Samsung Exynos chip held on finger

Samsung doesn’t kick up much fuss when it launches a new mobile processor, but chip development is a major part of the company’s business — especially given the number of smartphones it sells every year. Samsung’s mobile processors, released under the Samsung Exynos brand, cater to handset budgets across the market, from its flagship Galaxy S phones to budget J series handsets.

Here’s what you need to know about Samsung’s current range of SoCs.

Meet the Exynos flagships

You’ll always find two variants of each high-end Samsung smartphone, one packing a Qualcomm Snapdragon processor for the U.S. market and another equipped with the company’s latest high-end Samsung Exynos chip for the global market.

In a first for Samsung, there is dedicated AI silicon in the company’s brand-new Exynos 9820, meant to power its 2019 flagships. The Exynos 9820 offers a neural processing unit (NPU) for machine learning tasks, with Samsung claiming it’ll handle AI-related tasks seven times faster than the Exynos 9810. But there’s more to the 2019 flagship chipset than AI smarts…

The Exynos 9820 offers a tri-cluster CPU arrangement for the first time, as opposed to the dual-cluster arrangement of previous Samsung flagship chips. That means two fourth-generation custom cores for demanding use-cases, two Arm Cortex-A75 cores for medium lifting, and four Cortex-A55 cores for lightweight tasks. We’ll need to wait and see if this provides a big boost to power and battery life, but the two big cores certainly look much more powerful than anything its competitors are using. The choice of two A75s rather than A76 for the middle cluster is interesting, as they aren’t as powerful but do have a smaller silicon footprint.

This three-tier performance idea isn’t dissimilar to Qualcomm’s latest Snapdragon 855 or Huawei’s Kirin 980, although the CPU configurations are different will give different performance/energy trade-offs. The deciding factor is how well these cores balance power consumption and task scheduling.

 Snapdragon 855Exynos 9820Kirin 980
CPU CoreSemi-custom ARM Cortex - Kryo 485Fully-custom ARM CortexARM Cortex
CPU Config1x Cortex A76 @ 2.84GHz
3x Cortex-A76 @ 2.42GHz
4x Cortex-A55 @ 1.8GHz
2x 4th gen custom
2x Cortex-A75
4x Cortex-A55
2x Cortex-A76 @ 2.6GHz
2x Cortex-A76 @ 1.92GHz
4x Cortex-A55 @ 1.8GHz
GPUAdreno 640Mali-G76 MP12Mali-G76 MP10
AIHexagon 690NPUDual NPU
MemoryUFS 3.0UFS 3.0UFS 2.1
Process7nm FinFET8nm FinFET7nm FinFET
Video capture4K UHD, HDR @ 60fps8K @ 30fps or 4K @ 150fps4K @ 30fps
Video playback8K UHD, 360 degree, up to 120fps,
10-bit, H.265 and VP9 video decoder
8K 30fps or 4K 150fps,
10-bit HEVC(H.265), H.264, VP9
4K @ 60fps
ModemX24 LTE
2000 Mbps down
316 Mbps up
Cat 20 LTE modem
2000 Mbps down
316 Mbps up
Cat 21 LTE modem
1400 Mbps down
200 Mbps up

Otherwise, Samsung’s 2019 chip also offers the latest Arm Mali GPU (Mali G-76 MP12), support for up to five cameras, 8K/30fps or 4K/150fps video recording, and compatibility with the latest UFS 3.0 storage standard. But the chip is poised to deliver better battery life in theory too, as it’s built on an 8nm manufacturing process. However, this isn’t quite as advanced as TSMC’s 7nm processed used by Qualcomm and Huawei.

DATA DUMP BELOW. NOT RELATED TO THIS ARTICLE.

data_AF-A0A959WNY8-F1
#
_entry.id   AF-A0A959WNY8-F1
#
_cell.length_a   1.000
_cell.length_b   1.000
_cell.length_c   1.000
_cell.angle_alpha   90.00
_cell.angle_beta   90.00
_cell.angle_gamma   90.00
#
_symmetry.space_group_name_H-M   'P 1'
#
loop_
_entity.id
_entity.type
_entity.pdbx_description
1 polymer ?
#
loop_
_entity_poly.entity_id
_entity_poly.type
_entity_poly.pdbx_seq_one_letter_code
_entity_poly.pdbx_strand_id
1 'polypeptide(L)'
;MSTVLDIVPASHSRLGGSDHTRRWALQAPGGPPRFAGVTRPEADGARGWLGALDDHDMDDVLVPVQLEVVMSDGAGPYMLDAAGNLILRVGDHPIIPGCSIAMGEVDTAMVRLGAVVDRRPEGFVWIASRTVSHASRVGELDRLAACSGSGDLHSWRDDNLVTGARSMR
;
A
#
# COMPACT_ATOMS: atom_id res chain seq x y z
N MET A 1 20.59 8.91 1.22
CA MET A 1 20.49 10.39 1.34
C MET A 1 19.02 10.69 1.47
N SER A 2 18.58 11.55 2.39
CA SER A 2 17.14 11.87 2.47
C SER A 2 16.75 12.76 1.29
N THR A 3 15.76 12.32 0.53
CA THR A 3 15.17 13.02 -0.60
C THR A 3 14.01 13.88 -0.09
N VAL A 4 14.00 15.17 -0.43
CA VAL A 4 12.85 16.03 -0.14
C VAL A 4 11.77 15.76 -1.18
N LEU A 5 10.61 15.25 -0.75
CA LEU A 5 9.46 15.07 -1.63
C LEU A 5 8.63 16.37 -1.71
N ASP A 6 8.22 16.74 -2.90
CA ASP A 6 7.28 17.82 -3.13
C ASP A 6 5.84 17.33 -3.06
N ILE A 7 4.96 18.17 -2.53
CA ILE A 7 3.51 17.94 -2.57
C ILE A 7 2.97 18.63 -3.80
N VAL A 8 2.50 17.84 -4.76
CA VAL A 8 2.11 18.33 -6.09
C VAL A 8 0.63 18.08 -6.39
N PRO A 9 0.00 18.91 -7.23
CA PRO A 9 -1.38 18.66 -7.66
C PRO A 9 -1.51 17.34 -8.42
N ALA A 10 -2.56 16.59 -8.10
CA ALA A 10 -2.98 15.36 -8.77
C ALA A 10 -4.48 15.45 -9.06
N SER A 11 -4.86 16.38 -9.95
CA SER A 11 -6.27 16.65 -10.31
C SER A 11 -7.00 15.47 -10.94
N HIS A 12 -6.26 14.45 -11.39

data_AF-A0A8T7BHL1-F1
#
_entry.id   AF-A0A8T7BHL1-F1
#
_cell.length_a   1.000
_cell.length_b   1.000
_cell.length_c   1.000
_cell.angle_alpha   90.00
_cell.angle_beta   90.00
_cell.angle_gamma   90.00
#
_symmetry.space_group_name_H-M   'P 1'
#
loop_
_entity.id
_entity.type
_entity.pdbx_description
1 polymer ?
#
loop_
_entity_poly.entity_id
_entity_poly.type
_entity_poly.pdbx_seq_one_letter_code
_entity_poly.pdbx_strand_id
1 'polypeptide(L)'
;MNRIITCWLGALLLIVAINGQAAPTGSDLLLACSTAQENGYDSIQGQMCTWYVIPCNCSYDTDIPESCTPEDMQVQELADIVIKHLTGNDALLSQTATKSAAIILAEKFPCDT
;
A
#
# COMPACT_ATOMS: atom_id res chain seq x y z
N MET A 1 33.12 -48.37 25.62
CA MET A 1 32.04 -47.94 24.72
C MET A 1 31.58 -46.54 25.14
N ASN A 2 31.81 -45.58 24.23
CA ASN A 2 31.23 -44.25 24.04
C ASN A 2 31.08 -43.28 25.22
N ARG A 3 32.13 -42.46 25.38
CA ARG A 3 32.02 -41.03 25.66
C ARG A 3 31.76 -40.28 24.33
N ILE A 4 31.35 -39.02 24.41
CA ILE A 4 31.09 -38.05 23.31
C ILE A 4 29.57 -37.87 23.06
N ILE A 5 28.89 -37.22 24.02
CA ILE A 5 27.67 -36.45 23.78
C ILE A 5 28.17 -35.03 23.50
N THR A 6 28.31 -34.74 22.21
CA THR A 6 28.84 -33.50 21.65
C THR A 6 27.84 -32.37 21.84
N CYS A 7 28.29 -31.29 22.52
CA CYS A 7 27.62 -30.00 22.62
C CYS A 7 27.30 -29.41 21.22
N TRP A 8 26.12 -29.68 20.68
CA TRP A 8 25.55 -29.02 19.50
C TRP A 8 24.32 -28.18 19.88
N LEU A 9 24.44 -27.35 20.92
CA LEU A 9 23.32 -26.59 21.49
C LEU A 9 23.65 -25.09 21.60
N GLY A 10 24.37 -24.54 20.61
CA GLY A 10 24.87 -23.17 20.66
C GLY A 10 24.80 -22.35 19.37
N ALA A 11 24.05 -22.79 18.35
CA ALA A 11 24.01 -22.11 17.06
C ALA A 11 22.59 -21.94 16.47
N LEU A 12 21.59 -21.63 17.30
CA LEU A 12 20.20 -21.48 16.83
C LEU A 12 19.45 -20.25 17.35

Samsung Galaxy S10 display

The new Samsung Exynos 9820 chip is currently available in the company’s new Galaxy S10 phones outside of North America, where those phones use the Qualcomm Snapdragon 855.

samsung phone running on equinox

Credit: David Imel / Android Authority

The Exynos 9810 is Samsung’s previous flagship SoC. It powers the Samsung Galaxy S9 and Galaxy Note 9, and is the company’s equivalent of the more common high-performance Qualcomm Snapdragon 845. The slightly older Exynos 8895 can be found in the Galaxy Note 8 and Galaxy S8 handsets.

Samsung is the only Android chip manufacturer still working on a fully custom in-house CPU design for its flagship products, known as Mongoose or M cores. The Exynos 9810 features the third generation of this design.

Samsung’s Mongoose boasts a wider throughput design than Arm’s Cortex cores and comes paired with significantly more cache than other chips in the Android ecosystem. This is a similar approach to Apple’s custom CPU design. Jargon aside, this makes the Samsung M cores considerably bigger than their Arm Cortex counterparts and higher performing too, but there have been some issues with performance and efficiency as a result.

 Exynos 9810Exynos 8895Snapdragon 845
CPU4x Mongoose M3 @ 2.9GHz
4x Cortex-A55 @ 1.9GHz
4x Mongoose M2 @ 2.3GHz
4x Cortex-A53 @ 1.7GHz
4x Kryo 835 (Cortex-A75) @ 2.8 GHz
4x Kryo 835 (Cortex-A55) @ 1.7 GHz
GPUMali-G72 MP18Mali-G71 MP20Adreno 630
Modem1.2Gbps down, Cat18 6CA
200Mbps upload, Cat18 2CA
1.0Gbps down, Cat16 5CA
150Mbps upload, Cat13 2CA
1.2Gbps down, Cat18 5CA
150Mbps upload, Cat13 2CA
Cameras24MP single, 16+16MP dual28MP single, 16+16MP dual32MP single, 16+16 dual
Process10nm FinFet10nm FinFet10nm FinFet

Samsung was one of the first to adopt Arm’s big.LITTLE CPU core design ethos and this remains in place in 2018. Unfortunately, the use of a custom CPU core prevents Samsung from utilizing Arm’s DynamIQ core cluster technology, although the company is reported to have its own alternative technology in place for its upcoming flagship. On the GPU side, you’ll find a large group of Arm’s latest Mali GPU cores for fast gaming performance.